Because of the constant blockade, the Russians are unable to visit their favourite and famous museums. They fill the gaps in their souls by recreating works of art, moving into their homes and placing them on social networks.

The Facebook group where the works are posted has become a great success. The art of imitation ranges from diligent and respectful to reckless and stupid. They are produced both by Russians and Russian speakers abroad.

Approximately 350,000 people are watching the group, which contains thousands of photos, each showing the original work and the layout made at home. The rules state that it can only use existing objects and cannot be manipulated digitally.

The collection contains a number of impressive surprises. Vitaly Fonarev has carefully recreated the clothing and headdress of a young girl with a pearl earring by Johannes Vermeer and captured the famous glowing red light of the Dutch artist. The work is so convincing that you can see in a few minutes that the girl is actually a man with a beard for a few days.

Irina Kazatsker found the ideal project for her skills. The Canadian photographer had the lights and the background for Picasso’s love story, The Frugal Meal – with a trick he laid a roll of toilet paper on the table.

I decided to add a provocative detail that is in the spirit of the times, she said.

PHOTO SOUTH: Russians imprisoned in Isolation Square Famous works of art in their house after

In contrast to the man-hours spent on complex reconstructions, some of them seem to have broken down in minutes, but are no less attractive.

Executed by Natalia Rubina Creek Edward Munch, the poster in the painting simply had an opening made where the victim’s head was depicted, and then the dog was forced to push his head into it. That dog looks rude.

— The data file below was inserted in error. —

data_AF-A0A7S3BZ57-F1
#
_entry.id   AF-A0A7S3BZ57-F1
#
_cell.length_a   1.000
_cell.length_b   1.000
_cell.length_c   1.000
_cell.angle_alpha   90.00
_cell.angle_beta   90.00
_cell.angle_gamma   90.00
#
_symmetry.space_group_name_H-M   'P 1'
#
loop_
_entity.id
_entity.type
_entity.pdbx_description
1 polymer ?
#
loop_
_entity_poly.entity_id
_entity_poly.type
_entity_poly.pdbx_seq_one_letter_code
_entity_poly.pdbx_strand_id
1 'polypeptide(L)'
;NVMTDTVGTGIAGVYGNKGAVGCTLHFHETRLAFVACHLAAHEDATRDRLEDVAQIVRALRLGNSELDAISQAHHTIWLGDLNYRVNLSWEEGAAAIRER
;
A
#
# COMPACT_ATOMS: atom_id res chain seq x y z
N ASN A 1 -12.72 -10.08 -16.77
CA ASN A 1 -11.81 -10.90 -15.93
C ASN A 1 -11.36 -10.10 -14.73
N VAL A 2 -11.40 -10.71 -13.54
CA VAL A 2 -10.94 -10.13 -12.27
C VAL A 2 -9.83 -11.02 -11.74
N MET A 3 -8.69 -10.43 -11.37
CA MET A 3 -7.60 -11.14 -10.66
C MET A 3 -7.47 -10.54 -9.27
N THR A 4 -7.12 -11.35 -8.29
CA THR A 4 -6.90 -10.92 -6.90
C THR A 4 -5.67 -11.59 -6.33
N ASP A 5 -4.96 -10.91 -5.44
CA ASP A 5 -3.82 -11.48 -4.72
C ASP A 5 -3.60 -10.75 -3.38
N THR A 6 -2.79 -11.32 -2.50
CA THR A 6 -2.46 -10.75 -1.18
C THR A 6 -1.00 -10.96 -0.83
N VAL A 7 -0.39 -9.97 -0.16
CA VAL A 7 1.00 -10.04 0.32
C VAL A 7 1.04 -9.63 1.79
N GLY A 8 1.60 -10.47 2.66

Katrusya Kosilkova used a huge palette of colours and a meticulous brush to turn her face into a copy of the vibrant colours and fragmented perspective of Picasso’s Crying Woman. She thinks it’s time to have a good time.

In two photographic sections – an undated copy of Pablo Picasso’s Woman in Weeping (left) and the rest of Katrusha Mower.

I really think it’s a cool idea. It gives people incredibly positive emotions and develops creative thinking, she said. It helps people from all over the world to communicate with each other, discuss new topics and mechanisms and also broadens our knowledge of art.

Katerina Brudnaya-Chelyadinova, co-founder of the project, is pleased with the great attention the project has received.

The Italian boy wrote in an English post that our group had taken him out of the depths of the tragedy surrounding him. I just sat there and I couldn’t hold back my tears, because if it can bring happiness to someone halfway around the world, there’s a reason, she said.

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